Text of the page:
Published on November 14th, 2022 | by Harmonist staff0
The Play of Bumblebees
By Vanessa Romo, originally published by NPR.
When put to the test, bees have proved over and over again that they’ve got a lot more to offer than pollinating, making honey and being fiercely loyal to a queen. The industrious insects can count and alter their behavior when things seem difficult, and now some scientists say there’s proof they also like to play.
A study recently published in Animal Behavior suggests that bumblebees, when given the chance, like to fool around with toys.
Researchers from Queen Mary University of London conducted an experiment in which they set up a container that allowed bees to travel from their nest to a feeding area. But along the way, the bees could opt to pass through a separate section with a smattering of small wooden balls. Over 18 days, the scientists watched as the bees “went out of their way to roll wooden balls repeatedly, despite no apparent incentive to do so.”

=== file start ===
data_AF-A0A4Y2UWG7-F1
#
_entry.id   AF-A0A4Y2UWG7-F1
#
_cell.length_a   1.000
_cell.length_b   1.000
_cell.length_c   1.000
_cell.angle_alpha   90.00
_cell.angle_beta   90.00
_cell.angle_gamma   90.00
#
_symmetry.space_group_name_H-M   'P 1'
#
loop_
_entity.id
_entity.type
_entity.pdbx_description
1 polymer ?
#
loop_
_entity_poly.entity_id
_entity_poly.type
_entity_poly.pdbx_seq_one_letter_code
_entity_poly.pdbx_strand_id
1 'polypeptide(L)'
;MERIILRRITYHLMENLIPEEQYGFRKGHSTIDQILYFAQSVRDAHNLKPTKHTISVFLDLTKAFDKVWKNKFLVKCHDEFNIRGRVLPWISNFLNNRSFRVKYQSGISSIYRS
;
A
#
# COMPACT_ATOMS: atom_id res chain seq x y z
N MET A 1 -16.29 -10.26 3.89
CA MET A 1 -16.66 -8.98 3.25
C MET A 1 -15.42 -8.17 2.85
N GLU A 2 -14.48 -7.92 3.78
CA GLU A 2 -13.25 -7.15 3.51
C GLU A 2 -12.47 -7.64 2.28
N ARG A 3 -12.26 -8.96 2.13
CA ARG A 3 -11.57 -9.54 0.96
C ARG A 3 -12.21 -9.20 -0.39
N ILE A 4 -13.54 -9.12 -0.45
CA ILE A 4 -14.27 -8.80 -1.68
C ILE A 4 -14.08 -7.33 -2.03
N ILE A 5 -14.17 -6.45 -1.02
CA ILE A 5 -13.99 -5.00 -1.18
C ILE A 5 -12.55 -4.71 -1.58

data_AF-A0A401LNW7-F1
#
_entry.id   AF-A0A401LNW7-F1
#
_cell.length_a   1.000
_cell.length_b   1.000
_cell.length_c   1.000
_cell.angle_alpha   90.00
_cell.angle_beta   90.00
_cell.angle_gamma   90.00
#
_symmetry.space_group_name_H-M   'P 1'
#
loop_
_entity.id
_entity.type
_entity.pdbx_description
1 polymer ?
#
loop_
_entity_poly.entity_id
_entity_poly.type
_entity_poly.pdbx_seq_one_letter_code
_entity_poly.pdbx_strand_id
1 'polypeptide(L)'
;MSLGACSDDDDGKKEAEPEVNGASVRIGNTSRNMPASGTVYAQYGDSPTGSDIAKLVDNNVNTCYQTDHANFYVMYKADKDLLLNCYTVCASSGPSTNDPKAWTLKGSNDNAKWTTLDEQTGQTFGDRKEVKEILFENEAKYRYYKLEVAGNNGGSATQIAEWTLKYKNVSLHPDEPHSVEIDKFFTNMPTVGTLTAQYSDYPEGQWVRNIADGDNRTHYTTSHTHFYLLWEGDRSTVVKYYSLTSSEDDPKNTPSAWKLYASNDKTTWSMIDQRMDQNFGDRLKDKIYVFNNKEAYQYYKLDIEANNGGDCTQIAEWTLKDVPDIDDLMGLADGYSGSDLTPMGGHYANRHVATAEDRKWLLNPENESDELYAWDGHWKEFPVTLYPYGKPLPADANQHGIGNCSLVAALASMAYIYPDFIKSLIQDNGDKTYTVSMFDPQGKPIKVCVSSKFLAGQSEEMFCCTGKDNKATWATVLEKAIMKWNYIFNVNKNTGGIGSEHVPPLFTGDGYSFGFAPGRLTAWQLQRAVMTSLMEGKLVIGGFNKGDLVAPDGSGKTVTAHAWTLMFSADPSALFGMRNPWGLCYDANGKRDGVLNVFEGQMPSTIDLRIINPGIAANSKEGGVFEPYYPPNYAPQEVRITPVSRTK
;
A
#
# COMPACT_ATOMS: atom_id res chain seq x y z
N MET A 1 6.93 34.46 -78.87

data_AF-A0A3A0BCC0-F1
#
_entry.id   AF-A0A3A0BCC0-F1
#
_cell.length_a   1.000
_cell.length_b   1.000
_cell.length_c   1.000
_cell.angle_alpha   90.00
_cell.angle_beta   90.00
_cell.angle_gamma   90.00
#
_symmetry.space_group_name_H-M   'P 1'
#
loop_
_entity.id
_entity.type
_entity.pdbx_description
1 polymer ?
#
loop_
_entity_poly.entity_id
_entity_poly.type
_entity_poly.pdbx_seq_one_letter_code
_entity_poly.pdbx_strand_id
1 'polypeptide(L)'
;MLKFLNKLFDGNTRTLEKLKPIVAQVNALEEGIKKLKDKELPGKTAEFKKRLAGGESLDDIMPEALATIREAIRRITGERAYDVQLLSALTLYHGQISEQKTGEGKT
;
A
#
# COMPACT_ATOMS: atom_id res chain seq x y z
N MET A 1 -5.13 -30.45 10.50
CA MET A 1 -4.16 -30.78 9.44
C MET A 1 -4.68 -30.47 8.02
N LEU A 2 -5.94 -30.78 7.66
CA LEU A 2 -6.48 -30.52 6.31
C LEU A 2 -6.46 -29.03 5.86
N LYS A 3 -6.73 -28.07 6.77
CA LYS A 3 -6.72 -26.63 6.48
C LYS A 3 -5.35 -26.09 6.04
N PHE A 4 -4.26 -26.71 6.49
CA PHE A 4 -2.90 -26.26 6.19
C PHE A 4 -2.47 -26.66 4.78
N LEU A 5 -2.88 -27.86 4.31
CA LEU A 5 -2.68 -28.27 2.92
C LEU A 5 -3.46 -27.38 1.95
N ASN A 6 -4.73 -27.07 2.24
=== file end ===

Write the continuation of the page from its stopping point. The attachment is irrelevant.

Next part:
The finding suggests that like humans, insects also interact with inanimate objects as a form of play. Also similar to people, younger bees seemed to be more playful than adult bees.
This article was originally published by NPR and is partially reproduced here without the permission of the author, who is not affiliated with this website or its views.